Strictly speaking, what was billed as the First Annual Asian-American Jazz Festival in Los Angeles, Oct. 3G-Nov. 1,2009, wasn't actually the first, as an unrelated effort took place in 1988. But impresario Paul lm strove to make his the premiere event of its kind. Hong Kong-bom lm even hocked his alto saxophone to help finance this spirited three-day event in Little Tokyo, which drew musicians from as far away as Korea. The unspoken dialectic of the far-reaching booking policy opened the issue of what exactly constitutes Asian-American jazz. Saturday at Cafe Metropol, Celia La sang selections from the Great American Songbook, but her new charl on James Taylor's "Fire And Rain" was a pleasant surprise. Tenor saxophonist Hitomi Oba proved a fluid improviser who can swing on material with many temperatures. Her stripped-down trio of bass, drums and Nick DePinna's trombone made for unusual combinations as well as unpredictable strxctures.
Japan-bom, classically trained pianist Matoko Honda was also fulI of surprises. Improvising on a fisherman's folk song with a piece of glass resting on the middle-register strings, she produced Kurl Weill-like harmonies. A koto augmented her rhydrm section and dancer Midori Makino supplied a visual element. Veteran drummer Bert Karl played somber mallets to plucked piano mrd koto strings in a spacey exchange. Makino reemerged in a black sheath dress to supply flamenco accents to a rolling crescendo closer.
Pianist Bryan Wong's ensemble set used demanding time signatures like 13/8; his elliptical piano and the thoughtful use of space in his anangements would be at home on ECM. Yet Wong also likes to bum. Kai Kurosawa's electric bass foray on "Eucalyptus" was more than up to the bright tempo.
Sunday's action moved to the auditorium of the Japanese American National Museum. Gary Fukushima's variation on the posrBill Evans piano trio fonnat revealed prodigious classical training and an elastic sense of time and dynamics. In contrast to the cerebral pianist, Filipino vocalist Mon David was fulI of passion. He moved between romantic baliadeer, interpreter of Pompangan folk melodies and stops-out scat singer, and his intensity was tangible on "Footprints." Pianist Tateng Katindig, big-toned bassist Dominic Thirour and the protean drummer Abe Lagrimas matched David lbr intensity. They swung hard yet still touched the heart with tunes like Abbey Lincoln's "Throw It Away."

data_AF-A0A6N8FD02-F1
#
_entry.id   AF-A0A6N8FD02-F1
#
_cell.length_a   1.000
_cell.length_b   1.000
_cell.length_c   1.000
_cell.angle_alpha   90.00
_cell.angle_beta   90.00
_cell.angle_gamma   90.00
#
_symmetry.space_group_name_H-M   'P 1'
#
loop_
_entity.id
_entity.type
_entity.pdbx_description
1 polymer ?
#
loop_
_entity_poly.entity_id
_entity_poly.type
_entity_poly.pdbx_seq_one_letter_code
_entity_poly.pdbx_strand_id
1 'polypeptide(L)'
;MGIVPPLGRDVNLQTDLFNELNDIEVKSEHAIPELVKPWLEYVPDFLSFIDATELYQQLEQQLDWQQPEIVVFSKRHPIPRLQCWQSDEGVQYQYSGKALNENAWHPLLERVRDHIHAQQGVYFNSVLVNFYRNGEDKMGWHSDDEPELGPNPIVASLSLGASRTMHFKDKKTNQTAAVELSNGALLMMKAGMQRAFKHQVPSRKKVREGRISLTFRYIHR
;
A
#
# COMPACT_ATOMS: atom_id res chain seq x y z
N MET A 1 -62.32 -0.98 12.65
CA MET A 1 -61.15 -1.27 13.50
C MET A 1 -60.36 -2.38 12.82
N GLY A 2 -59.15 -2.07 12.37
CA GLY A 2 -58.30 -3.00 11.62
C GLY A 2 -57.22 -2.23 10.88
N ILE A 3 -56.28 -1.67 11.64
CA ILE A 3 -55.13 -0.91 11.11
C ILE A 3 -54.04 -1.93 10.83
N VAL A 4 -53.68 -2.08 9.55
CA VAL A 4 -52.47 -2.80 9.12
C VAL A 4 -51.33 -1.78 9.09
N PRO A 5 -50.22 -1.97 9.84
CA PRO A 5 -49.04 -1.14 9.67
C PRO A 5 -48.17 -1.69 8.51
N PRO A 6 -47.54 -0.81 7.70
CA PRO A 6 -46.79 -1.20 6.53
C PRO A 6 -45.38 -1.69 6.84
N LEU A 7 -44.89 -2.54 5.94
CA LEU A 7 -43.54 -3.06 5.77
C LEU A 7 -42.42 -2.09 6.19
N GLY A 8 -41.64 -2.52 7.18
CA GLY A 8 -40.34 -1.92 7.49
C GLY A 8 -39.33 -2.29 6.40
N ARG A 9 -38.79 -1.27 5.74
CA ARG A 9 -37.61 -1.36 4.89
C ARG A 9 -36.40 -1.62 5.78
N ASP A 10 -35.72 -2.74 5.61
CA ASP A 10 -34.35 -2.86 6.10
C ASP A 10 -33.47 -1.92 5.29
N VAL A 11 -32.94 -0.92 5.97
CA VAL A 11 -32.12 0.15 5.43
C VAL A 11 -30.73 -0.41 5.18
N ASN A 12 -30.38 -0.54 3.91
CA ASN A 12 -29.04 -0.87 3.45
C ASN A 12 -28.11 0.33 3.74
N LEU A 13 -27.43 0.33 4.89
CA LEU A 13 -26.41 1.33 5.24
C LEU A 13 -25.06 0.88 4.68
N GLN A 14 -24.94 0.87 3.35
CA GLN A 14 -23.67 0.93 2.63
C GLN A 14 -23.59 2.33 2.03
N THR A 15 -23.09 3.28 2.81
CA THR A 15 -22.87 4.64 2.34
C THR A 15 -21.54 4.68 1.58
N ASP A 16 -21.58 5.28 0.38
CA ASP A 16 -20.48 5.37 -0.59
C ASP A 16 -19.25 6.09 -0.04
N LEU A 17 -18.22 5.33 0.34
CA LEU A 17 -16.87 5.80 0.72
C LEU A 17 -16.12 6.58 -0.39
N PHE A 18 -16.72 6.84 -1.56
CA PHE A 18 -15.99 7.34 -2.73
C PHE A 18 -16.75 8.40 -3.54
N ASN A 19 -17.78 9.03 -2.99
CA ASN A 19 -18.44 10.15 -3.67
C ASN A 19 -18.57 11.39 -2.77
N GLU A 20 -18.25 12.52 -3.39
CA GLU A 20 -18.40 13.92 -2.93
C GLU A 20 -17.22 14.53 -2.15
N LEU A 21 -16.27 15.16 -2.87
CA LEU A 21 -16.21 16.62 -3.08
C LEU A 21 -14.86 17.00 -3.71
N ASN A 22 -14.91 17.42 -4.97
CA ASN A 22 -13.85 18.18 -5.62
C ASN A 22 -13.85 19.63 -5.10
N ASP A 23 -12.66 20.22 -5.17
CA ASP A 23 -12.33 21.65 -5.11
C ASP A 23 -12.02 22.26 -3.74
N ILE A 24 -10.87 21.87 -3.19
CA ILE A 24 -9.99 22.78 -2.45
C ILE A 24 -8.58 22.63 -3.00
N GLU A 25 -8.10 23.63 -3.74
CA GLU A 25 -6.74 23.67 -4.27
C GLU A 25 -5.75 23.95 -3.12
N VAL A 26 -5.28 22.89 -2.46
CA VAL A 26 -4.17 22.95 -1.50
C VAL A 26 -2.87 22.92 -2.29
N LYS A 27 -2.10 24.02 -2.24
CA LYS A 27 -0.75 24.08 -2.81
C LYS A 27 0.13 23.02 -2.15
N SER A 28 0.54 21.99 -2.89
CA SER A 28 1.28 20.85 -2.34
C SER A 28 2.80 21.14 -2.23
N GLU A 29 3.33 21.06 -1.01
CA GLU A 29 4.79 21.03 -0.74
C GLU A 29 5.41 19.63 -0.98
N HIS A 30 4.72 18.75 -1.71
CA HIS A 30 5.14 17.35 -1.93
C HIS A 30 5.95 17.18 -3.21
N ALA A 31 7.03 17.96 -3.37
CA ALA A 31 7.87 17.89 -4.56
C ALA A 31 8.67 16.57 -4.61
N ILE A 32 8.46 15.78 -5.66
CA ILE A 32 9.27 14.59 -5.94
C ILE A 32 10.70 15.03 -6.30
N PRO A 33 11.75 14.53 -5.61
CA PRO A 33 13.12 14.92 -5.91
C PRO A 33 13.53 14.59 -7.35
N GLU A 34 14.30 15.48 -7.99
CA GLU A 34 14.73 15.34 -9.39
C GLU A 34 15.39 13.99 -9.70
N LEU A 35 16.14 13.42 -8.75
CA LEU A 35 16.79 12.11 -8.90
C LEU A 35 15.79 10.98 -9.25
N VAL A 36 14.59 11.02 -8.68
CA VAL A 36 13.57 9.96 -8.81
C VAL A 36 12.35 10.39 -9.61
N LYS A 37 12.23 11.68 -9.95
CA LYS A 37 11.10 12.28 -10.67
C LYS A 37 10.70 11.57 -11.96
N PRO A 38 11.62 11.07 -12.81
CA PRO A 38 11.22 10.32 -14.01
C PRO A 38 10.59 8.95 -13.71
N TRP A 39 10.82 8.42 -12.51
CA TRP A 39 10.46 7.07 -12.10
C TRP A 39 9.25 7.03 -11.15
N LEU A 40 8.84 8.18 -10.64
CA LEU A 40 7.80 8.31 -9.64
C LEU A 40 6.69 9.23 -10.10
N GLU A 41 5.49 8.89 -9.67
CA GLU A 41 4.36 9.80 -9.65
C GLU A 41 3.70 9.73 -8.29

Korea's Prelude trio had a few surprises as well. Front man sa-rophonist Richard Rho has a touch of standup comic, which offsets pianist Heean Ko's attractive tunes. The pentatonic "Breezin' Up" is like much of Korean music, albeit swinging in six.
Charmaine Clamore, another passionate Filipina, took on Jon Hendricks' lpics to Horace Silver's swinging "Doodlin"' as well as the Lenny Welch version of Buddy Johnson's heartpounding "Since I Fell For You." She's an exuberant performer, never more so than on her Tagalog words of 'Jazz-a-pino" matings. 'My Funny Brown Valentine" was an added bit of ethnic affirmation.
Japanese piano phenom Hiromi, whose showmanship matches her virtuosiqr, closed the weekend. Supersonic stride, some outright pounding, a "Minute Waltz" variant, eclecticism gone wild-all went into her kitchensink set. Her musical mastery was never in questron. Hiromi's taste though, isn't for everyone. Still, she received a 1ong, standing ovation. As to the definition of Asian-American jazz, the answer seemed to be that it's an evolving proposition, as personal and distinct as each bandleader and soloist.
by Kirk Silsbee, for Downbeat, JANUARY 12, 2010
POSTED ON JANUARY 12, 2010